University cuts ‘a huge hit’

University of Otago general staff file back to work after a meeting where they were told 182 jobs...
University of Otago general staff file back to work after a meeting where they were told 182 jobs would be cut. Photo: Stephen Jaquiery.
Big job cuts at the University of Otago have dealt Dunedin another blow only months after the closure of Cadbury was confirmed.

Vice-chancellor Prof Harlene Hayne revealed the university’s plans to cut 182 full-time-equivalent (FTE) general staff at a meeting yesterday.

The announcement comes only months after Mondelez confirmed the closure of the Dunedin Cadbury factory, which will result in the loss of about 350 jobs.

Prof Hayne said the cuts and changes to the way general staff operated were needed if the university was to maintain its "environment of excellence".

"This business case outlines an exciting new way to meet challenges in a sustainable way.

"Doing nothing is not an option, and I am confident that this business case is the best way forward for the university," she said.

Dunedin Mayor Dave Cull said any job losses would be "upsetting and difficult" for affected staff.

"However, the types of jobs in a community are regularly changing and developing, and it’s quite possible the positions would be absorbed within the city," Mr Cull said.

Even accounting for other recent job losses, the number of overall jobs in the city had increased, including a net gain of 644 in the March quarter.

"It’s positive to note the university will be creating an upcoming 1300 jobs from its building programme alone.

"I understand the overriding expectation on the university as a public sector organisation is that it runs as efficiently as possible.

"Notwithstanding these planned losses, I’m confident that job growth will continue and the city will prosper."

Tertiary Education Union organiser Shaun Scott said the cuts were worrying for Dunedin, coming so soon after the Cadbury announcement.

"For a small city like Dunedin Cadburys was going to have significant impact and this does as well," Mr Scott said.

Staff were shocked at the depth of the cuts, and the massive blow for those who lost their jobs.

"It’s a huge hit on the families, the communities they live in and on Dunedin," Mr Scott said.

The union and staff were not convinced the cuts would bring about the benefits the university suggested.

"The scale of what Prof Hayne is planning will significantly and detrimentally impact on the work carried out by general staff.

"This will negatively impact on the service required to deliver high-quality teaching and learning, research and student support."

The shake-up, as expected, included a shift towards a "shared services" model, which meant services such as IT would be run university-wide rather than each department managing its own IT staff.

In her address to staff, part of which was included in a university press release, Prof Hayne said change was needed and the new system would not only save the university money, but also provide a better level of service.

It had been more than 20 years since the university had reviewed the way general staff operated and in that time a "highly devolved" system had developed in which each department came up with its own solutions.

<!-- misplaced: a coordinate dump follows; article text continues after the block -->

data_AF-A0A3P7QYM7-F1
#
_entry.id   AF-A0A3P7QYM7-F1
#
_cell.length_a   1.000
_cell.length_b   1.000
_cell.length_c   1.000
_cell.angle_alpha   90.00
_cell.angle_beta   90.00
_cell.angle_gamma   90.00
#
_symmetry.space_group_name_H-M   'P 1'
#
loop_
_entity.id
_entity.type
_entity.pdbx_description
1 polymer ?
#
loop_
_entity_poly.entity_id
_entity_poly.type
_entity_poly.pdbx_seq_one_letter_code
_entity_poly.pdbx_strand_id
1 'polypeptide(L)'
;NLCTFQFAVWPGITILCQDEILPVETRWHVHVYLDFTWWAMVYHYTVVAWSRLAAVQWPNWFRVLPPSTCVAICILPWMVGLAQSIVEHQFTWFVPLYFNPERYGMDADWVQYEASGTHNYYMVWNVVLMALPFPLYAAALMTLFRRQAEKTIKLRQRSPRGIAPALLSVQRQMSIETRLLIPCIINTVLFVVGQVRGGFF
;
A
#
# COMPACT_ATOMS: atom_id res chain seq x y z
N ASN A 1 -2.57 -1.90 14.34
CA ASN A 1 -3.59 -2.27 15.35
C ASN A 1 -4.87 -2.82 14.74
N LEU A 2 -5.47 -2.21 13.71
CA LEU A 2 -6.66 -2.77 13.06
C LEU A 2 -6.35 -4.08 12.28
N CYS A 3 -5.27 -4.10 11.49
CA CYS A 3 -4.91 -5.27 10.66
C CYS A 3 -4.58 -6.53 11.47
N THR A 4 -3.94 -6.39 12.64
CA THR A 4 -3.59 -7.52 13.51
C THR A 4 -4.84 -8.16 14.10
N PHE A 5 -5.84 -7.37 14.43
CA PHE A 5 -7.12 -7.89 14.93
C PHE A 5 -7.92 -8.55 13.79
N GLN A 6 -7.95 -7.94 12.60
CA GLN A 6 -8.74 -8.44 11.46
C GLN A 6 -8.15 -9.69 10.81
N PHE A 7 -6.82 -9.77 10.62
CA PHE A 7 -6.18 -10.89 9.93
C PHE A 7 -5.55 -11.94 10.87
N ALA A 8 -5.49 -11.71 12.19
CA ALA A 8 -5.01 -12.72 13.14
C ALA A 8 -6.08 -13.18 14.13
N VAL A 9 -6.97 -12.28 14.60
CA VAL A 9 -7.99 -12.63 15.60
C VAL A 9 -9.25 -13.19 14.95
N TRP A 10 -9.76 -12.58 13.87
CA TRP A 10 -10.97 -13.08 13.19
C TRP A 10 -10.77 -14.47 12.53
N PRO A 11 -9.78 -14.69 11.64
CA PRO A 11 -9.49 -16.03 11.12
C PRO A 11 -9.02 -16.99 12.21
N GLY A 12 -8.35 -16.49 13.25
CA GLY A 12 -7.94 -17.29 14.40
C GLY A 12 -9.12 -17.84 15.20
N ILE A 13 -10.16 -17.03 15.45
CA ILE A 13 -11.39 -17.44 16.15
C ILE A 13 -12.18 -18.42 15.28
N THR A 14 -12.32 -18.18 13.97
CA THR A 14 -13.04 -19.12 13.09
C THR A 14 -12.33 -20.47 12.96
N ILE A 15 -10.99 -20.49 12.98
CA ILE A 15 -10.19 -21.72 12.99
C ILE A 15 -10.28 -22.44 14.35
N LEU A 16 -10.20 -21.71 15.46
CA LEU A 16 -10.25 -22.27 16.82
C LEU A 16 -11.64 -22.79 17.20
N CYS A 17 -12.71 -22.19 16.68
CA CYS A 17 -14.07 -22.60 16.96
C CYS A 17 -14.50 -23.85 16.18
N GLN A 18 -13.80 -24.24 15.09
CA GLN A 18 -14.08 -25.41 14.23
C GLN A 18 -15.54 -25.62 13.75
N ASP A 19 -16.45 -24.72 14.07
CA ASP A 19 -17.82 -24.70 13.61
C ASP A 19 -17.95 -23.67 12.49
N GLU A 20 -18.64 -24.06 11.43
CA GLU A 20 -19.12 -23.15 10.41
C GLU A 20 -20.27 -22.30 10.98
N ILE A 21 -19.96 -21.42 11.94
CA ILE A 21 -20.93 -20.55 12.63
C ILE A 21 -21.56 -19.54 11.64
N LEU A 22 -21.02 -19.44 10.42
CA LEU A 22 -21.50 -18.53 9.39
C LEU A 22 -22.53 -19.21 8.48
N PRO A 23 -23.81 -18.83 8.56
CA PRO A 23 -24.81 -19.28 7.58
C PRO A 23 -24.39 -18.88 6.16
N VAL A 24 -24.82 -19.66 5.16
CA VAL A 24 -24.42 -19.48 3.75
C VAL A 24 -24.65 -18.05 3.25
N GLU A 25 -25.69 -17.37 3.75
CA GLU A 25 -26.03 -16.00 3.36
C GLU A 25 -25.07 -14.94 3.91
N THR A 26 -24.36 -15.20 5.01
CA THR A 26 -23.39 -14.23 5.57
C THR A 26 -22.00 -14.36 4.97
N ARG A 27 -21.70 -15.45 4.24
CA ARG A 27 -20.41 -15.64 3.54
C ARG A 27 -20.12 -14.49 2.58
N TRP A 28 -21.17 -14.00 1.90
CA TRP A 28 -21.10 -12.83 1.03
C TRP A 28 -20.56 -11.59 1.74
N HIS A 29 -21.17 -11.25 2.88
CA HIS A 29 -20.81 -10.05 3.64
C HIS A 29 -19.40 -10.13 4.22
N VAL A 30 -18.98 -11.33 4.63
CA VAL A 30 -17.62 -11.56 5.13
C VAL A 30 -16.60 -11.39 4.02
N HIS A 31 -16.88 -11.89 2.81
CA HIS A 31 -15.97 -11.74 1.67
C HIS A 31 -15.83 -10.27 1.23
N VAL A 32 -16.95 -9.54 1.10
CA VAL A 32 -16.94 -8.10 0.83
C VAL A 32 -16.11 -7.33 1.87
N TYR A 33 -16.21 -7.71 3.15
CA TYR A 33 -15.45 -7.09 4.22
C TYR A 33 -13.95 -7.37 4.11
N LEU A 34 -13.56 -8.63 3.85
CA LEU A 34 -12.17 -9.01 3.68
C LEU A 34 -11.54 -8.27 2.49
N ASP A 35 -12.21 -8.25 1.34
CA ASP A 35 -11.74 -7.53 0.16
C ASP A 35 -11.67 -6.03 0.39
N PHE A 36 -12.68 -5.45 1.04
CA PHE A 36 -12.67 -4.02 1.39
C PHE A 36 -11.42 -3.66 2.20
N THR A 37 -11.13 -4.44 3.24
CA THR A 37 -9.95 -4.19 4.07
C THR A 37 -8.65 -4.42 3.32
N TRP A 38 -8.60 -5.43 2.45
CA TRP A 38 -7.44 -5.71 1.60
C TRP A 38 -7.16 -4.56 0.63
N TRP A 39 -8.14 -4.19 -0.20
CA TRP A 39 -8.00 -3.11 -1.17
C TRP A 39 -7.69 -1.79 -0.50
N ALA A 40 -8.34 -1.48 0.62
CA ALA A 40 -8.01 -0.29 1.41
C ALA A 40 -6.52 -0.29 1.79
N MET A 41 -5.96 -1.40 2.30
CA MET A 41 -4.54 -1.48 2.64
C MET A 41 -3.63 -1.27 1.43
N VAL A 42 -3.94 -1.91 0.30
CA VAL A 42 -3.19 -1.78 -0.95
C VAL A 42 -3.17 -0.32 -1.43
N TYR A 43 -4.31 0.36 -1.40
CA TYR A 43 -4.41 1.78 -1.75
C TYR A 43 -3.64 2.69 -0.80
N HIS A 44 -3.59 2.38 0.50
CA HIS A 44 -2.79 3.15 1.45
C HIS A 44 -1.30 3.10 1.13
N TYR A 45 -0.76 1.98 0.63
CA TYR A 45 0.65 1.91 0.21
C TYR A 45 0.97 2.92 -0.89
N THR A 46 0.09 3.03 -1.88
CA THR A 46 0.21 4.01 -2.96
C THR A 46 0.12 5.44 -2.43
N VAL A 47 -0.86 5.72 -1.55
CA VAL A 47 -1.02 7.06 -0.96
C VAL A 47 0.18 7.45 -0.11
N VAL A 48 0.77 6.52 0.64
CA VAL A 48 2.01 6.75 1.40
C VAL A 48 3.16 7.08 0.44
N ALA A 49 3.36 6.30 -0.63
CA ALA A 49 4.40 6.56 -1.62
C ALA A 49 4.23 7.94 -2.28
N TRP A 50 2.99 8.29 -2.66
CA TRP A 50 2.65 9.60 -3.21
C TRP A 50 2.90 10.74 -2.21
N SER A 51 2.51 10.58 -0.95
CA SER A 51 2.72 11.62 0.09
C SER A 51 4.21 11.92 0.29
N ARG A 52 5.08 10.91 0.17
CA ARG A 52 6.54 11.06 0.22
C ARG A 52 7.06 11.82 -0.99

"As many staff have acknowledged during our workshops, these local solutions have led to an overly complex and potentially less efficient system.

"It is also an expensive system that sometimes thwarts our ability to achieve what we want to achieve.

"I have absolute confidence in the university’s professional staff and I know that they will make this challenging but necessary project a success."

University human resources director Kevin Seales said the situation was different from the closure of the Cadbury factory.

"Unlike Cadbury we are still going to be here next year.

"We are not a private company. We won’t be returning any savings we make to shareholders.

"We will spend that money — it just might be on different things than we are spending on now."

The university felt it could be a "world leader" in the way general staff provided support to teaching, research and students.

The savings would help free up resources for teaching, research and buildings, Mr Seales said.

That potentially included allowing it to hire more research and teaching staff.


University staff cuts

182 general staff positions to go.

• $16.7m annual estimated savings

• August 25 consultation ends


Biggest cuts

Administration: Up to 111 (29% of total) staff cut

IT client support: Up to 38 (43%)

IT information systems: Up to 32 (38%)

Student admission: Up to 28 (56%)

• University employs about 2300 general staff.

• About 1200 were part of the review.


What the university says

• Cuts and changes to way general staff operate  needed to keep university competitive.

• Doing nothing not an option as staff numbers have grown in such a way duplication has crept in, making situation ‘‘at best inefficient and at worst unsustainable’’.


What the union says

• General staff crucial in the university’s recent teaching and research successes and cuts risk both areas suffering.

• Staff  shocked at extent of cuts and high levels of uncertainty will remain until next year when many individual staff members will learn their fate.


It would be nice to think the new admin and IT support structures are in place and bedded down before people are cast out. But in the rush to save money I doubt this will occur.
I hope ODT can objectively report the success or otherwise of these moves in 6 months time.

What support structures? There is work to do but no one to do it. The usual practice is to re hire staff on contract. This is a different 'book' from staff positions.